A Room of Great Opportunity

A Room of Great Opportunity

PAES Lab promotes hands-on, real-world experiences

Special Education Division


BY JOEY LAFRANCA
CVES Communications and Publications Manager

“Supervisor? I am ready.”
This is a phrase commonly heard in the Practical Assessment Exploration System (PAES)  Lab at CVES’ Special Education Division in Plattsburgh. You would hear this from a student  14 or older who has completed a hands-on activity that needs to be reviewed by a supervisor.

The beauty of all this is the student has completed the task independently.

“The independence factor is the biggest reason why we purchased this program,” Coordinator of Transition Programs Tonya Robinson said. “On top of the number of  opportunities provided in the PAES Lab, and the way the program is set up to build  independence, we have to support our students by stepping back as staff and allowing for
the progression of their independence.”

WHAT YOU SEE

If you were to walk in the Plattsburgh Division’s PAES Lab, you might just think it’s a  storage room with boxes and some tables. But inside those boxes, there are various elements for the hands-on curriculum PAES uses to help students learn in a highly  organized and structured environment.

“From the outside, this room seems overwhelming,” teaching assistant Ashley Pray said.  “Once people start to understand the system and we are able to explain the targeted outcomes, there is an excitement about the opportunities for our students.”

As the lab gets students ready to transition to the real world and various job opportunities, it presents anywhere from 48 to 60 opportunities to complete tasks in five separate fields  of work, which include business/marketing, computer/technology, construction/industrial,  processing/production and consumer service.

“It’s where we want our kids to be,” Robinson said. “We want them to exit our program  and be able to go to an employer and not need additional adult support they may have in  a school setting.”

A DAY ON THE JOB

To simulate real-world work environments, students enter the lab and clock in on a  computer before they are presented with their task.

“I like enjoying the new opportunities,” said Caleb after he finished a task that involved twisting two nuts onto a bolt. Caleb, a Saranac Lake student who attends the Plattsburgh  campus, is getting set to enter the real world, and he said the PAES Lab is a great resource.
“I get anxious here and there, but I enjoy it and what I am trying to learn,” he said. “It’s really exciting when I finish up and have my supervisor come over to say I did a good job, and I can complete my task and clock out on the computer.”

One of Caleb’s classmates Matt agreed.
Matt and Caleb were in the lab together for a day, and while Caleb was doing his task,  Matt was focused on sorting out various pipes from a large assortment.

“I like going through different things, organizing and digging through piles to investigate,”  Matt said. “It helps me learn how I could do my job well.”

As the tasks help students find direction for their desired career paths, they are expected  to communicate professionally, learn to follow safety procedures, problem solve and  showcase strong time management.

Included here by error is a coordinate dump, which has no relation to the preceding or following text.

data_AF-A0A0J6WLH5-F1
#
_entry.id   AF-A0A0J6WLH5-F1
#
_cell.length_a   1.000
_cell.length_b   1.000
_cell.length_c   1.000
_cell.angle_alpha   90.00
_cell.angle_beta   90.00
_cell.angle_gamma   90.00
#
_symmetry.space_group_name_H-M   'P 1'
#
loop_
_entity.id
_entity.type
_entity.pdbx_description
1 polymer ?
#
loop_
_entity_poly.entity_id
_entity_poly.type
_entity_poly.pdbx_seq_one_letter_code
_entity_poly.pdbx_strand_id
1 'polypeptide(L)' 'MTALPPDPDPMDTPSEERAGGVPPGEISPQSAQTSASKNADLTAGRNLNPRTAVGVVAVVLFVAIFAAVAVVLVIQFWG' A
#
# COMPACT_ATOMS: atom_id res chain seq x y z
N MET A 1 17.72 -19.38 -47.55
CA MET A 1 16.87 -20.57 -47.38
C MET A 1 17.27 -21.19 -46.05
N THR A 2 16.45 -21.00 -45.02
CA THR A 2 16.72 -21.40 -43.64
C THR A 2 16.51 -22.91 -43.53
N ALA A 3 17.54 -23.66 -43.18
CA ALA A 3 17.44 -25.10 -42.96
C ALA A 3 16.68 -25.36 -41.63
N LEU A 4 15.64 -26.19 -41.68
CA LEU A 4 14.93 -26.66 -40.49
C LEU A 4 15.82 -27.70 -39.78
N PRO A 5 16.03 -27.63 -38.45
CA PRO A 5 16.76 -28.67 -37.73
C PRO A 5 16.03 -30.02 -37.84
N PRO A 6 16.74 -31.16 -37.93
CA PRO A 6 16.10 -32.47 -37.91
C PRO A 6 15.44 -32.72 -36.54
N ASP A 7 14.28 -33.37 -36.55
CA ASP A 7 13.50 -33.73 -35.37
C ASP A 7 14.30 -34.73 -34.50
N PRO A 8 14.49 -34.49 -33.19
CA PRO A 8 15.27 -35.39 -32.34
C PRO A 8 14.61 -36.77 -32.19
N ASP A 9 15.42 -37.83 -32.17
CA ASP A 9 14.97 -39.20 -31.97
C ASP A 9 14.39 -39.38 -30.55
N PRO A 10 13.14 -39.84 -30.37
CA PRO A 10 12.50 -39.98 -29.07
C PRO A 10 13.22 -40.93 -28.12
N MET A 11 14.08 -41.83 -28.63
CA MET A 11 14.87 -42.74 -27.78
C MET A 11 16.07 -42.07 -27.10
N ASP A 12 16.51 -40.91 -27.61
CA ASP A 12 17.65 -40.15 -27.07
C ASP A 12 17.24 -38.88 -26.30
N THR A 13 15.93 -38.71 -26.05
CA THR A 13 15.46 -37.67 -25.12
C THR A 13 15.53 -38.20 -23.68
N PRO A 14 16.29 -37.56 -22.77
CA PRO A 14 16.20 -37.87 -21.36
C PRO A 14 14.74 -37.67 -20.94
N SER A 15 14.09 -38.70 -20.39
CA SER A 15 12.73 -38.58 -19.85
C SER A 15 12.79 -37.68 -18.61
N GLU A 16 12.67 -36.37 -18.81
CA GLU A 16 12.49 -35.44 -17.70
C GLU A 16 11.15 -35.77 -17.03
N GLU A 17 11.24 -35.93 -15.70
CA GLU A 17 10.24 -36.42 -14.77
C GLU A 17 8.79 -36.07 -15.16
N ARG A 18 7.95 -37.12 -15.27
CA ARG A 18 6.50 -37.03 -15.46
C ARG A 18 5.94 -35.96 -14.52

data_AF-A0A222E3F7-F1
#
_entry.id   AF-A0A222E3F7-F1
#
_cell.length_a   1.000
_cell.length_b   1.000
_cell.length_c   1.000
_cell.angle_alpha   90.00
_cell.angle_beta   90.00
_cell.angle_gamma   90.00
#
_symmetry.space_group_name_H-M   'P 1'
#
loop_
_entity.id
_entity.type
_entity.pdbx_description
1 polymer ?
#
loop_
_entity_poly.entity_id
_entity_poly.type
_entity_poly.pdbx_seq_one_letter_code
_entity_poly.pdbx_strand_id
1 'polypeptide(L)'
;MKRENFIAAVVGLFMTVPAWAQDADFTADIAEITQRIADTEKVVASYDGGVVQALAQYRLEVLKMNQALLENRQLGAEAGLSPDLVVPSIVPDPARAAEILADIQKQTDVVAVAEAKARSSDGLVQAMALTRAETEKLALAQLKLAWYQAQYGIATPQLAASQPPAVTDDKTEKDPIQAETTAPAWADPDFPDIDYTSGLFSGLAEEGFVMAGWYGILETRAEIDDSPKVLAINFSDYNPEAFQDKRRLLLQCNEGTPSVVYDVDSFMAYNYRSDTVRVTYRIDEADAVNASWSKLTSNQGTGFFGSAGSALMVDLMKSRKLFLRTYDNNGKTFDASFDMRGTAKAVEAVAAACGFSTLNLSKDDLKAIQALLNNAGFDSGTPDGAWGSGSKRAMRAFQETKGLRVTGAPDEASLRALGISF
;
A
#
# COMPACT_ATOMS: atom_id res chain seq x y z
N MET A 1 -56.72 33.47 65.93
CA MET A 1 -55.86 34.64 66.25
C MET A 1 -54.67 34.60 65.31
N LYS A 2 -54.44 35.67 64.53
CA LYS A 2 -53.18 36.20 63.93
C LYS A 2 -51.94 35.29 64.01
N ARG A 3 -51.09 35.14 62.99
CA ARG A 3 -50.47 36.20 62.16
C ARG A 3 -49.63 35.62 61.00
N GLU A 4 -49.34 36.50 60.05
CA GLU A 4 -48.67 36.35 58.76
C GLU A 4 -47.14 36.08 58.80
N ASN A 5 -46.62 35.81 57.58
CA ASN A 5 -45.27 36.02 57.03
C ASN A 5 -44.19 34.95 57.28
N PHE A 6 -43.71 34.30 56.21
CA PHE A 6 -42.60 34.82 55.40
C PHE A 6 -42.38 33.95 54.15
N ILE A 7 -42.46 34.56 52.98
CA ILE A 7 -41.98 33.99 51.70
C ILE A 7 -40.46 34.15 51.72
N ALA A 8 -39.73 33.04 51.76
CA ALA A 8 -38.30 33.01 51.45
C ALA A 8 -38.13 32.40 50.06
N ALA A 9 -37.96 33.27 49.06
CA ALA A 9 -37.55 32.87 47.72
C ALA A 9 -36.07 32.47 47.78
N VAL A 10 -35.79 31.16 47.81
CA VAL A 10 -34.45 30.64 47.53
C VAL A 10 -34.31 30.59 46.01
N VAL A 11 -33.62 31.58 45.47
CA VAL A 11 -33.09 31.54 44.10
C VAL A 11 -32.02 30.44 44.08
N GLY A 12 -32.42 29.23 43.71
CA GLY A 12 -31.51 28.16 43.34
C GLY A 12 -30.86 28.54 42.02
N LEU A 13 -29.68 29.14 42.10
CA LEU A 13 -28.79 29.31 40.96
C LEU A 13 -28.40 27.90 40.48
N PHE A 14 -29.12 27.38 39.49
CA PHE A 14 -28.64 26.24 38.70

ASSESSMENT MEASURES

Once a student completes his or her task for the day, a supervisor who is properly trained  for the PAES Lab, helps collect information to enter in a database that shows students’ areas of strength and helps point out opportunities for improvement and determine  appropriate accommodations and assistive technology for the workplace. To fairly and  accurately have the correct data to enter, the independence factor proves to be essential  but challenging for supervisors.

Up to five students can simultaneously work in the lab with one supervisor present.

“It’s very hard because you have to learn to sit on your hands,” Pray said. “As a parent and educator, your nature is to help, but at the same time, we don’t have people with us forever. Students have to learn how to be independent, and it is our job to teach this  essential skill. It’s been an interesting process. I have had to learn how to step back and  allow students to accomplish things independently.”

END GOAL

Ultimately, all involved want the PAES Lab to enable students to find meaningful  employment after graduation.

“As educators, parents and adults, we always want to help kids. As students get older, how we help them must look different. We have to resist the urge to provide immediate  assistance or resolution, instead creating a safe environment that fosters independence in  a developmentally appropriate setting. Doing so will better prepare our students for  success in the real world when they graduate from our programming,” Director of Special Education Matt Slattery said.

“PAES is a great investment for the students and communities we serve across the North  Country. Many thanks to Tonya Robinson, our Transition Coordinator, and to all that  participate in this lab for the great work they are doing with our students. I am very proud of this new addition to our programming.”

So whether the task students are completing focuses on food preparation, color assembly,  electrical projects, alphabetizing or data entry, plenty of opportunities exist in the PAES Lab to bolster the futures of young adults.

“There are really special things happening in this room,” Robinson said.